The 'Divine' Confused and Abused: Cultural Memories of Royal Ritual Netherworld Descent and Heavenly Ascent in the Hebrew Bible
Beadle, David Nathaniel
Thesis or dissertation
University of Exeter
Reason for embargo
Submitting thesis for publication as a monograph.
This thesis proposes that integrated rituals of netherworld descent and heavenly ascent are represented in the Hebrew Bible as having been performed by Davidic royals – royal women, as well as male monarchs. In some instances (e.g. Psalms 2; 18; 24; 89:2-38; and 110) these rituals are represented idealistically, with Yahweh confirming the king’s ritual status and potency, through re-presented speech acts. In other instances, however, while an idealistic picture of monarchy continues to be upheld, it is subverted from within in varying ways (e.g. 2 Kgs 9:30-37; 11; Ps. 89:39-52; Isa. 14.4b-20; Jer. 13:18-20; Ezekiel 19). The differing portrayals of monarchy reflect the differing ways with which biblical texts are negotiating and interacting with ambiguous discourses embodying memories of monarchy. On the one hand, after the fall of monarchic Judah, ‘foreign’ monarchy (and especially trading monarchies, such as those of Phoenicia) were fetishised within biblical authors’ discourses of political and economic imperialism, and so Davidic monarchy became a signifier of an enchanting and mystifying ‘indigenous’ past. On the other hand, discourses concerning the past frequently referenced exile, and the collapse of monarchy. Some biblical representations of ritual netherworld descent and heavenly ascent acknowledge this latter, uncomfortable kind of remembering – even as they reify and reinforce these enchanting memories which they subvert. The remembered, cosmically liminal first temple and the remembered royal body become loci for these paradoxical, contradictory, and competing memories. This much is evident in mystifying royal cosmic liminality and heavenly ascent, access to divine knowledge, and mimesis of Yahweh; in cathartic myths of the subjugation of the forces of chaos and disorder, both cosmic and military; and in the subversion of the enchanting remembered Davidic cultic praxis of descent and ascent, through these motifs’ re-presentations in montages alongside rituals which connote displacement, destruction, profanation, desecration, subjugation and being forgotten. In these instances, the vulnerabilities inherent in cultural idealising of the Davidic monarchy’s potent cosmic liminality are brought into sharp relief.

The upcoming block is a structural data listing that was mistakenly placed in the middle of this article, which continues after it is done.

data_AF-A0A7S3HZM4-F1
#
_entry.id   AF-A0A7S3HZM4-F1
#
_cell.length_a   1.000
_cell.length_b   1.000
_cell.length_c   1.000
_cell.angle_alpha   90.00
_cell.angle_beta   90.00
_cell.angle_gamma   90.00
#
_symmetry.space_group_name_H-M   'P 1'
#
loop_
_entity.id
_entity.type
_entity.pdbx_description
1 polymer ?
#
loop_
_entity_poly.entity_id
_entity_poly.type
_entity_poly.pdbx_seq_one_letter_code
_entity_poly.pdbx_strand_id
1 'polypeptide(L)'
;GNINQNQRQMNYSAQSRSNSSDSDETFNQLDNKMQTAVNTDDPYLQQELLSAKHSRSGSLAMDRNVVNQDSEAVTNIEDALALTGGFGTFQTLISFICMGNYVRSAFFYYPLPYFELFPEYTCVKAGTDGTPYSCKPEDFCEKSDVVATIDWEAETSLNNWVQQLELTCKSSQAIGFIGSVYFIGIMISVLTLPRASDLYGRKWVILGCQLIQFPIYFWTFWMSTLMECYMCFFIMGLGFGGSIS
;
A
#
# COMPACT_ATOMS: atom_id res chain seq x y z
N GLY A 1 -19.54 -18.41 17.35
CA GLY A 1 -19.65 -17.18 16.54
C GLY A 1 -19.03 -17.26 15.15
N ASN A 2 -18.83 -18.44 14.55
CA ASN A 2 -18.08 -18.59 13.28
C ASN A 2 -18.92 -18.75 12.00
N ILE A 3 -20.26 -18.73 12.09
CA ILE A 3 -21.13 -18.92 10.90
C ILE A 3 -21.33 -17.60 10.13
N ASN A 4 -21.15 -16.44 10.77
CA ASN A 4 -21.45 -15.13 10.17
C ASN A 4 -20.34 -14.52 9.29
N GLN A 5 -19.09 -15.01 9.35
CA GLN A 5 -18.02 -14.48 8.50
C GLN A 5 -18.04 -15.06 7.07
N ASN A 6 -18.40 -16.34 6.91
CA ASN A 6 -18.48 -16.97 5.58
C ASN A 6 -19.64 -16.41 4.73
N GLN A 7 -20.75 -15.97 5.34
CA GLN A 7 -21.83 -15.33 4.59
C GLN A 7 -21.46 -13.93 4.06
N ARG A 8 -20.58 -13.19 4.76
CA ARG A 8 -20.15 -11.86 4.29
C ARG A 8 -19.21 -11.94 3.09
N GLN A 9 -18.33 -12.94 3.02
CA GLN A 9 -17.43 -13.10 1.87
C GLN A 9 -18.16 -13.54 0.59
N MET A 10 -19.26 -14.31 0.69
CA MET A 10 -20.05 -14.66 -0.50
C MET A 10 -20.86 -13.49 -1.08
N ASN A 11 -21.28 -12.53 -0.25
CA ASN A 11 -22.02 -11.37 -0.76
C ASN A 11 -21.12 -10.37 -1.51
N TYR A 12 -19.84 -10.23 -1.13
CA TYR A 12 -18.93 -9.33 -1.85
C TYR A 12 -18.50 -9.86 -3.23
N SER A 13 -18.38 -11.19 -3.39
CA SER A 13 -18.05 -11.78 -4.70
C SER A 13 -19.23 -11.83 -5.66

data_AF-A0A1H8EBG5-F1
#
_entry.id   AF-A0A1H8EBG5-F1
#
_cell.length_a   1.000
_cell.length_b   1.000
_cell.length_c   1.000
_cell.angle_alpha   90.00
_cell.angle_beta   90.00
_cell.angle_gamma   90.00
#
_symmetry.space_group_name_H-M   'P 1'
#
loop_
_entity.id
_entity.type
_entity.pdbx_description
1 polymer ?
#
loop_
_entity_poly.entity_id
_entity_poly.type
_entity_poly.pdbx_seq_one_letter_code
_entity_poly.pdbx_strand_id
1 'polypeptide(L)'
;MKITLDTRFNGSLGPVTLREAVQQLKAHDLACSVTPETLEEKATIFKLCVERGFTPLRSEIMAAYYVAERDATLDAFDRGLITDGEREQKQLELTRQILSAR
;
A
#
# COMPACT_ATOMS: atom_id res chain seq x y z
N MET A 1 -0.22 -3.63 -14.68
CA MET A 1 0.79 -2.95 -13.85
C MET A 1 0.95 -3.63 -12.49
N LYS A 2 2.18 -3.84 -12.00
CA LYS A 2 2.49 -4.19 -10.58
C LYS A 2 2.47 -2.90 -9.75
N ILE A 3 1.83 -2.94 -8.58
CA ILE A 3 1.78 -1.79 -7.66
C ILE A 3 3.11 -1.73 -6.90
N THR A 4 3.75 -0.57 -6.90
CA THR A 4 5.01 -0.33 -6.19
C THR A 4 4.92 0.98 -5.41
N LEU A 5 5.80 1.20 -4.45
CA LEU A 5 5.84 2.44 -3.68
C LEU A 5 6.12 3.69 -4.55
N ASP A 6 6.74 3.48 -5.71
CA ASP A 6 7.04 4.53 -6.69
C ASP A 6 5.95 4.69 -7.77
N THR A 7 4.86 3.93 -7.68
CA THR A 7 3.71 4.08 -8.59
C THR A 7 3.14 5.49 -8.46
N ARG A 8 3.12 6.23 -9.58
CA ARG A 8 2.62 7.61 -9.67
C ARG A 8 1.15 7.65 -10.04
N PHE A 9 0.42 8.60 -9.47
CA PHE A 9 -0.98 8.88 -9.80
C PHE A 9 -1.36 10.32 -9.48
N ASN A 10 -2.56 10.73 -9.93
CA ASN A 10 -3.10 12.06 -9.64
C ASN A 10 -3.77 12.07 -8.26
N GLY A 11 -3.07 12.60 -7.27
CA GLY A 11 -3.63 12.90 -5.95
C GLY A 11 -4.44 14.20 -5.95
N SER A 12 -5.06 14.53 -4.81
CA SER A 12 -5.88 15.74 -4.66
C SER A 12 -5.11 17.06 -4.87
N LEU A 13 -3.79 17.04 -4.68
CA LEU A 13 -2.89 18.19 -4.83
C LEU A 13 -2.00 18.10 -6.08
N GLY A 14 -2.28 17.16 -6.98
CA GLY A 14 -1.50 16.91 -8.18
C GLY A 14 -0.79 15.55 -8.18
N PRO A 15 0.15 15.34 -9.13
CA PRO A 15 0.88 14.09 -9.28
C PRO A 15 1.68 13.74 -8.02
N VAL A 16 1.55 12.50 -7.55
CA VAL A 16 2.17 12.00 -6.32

Arts and Humanities Research Council
PhD in Theology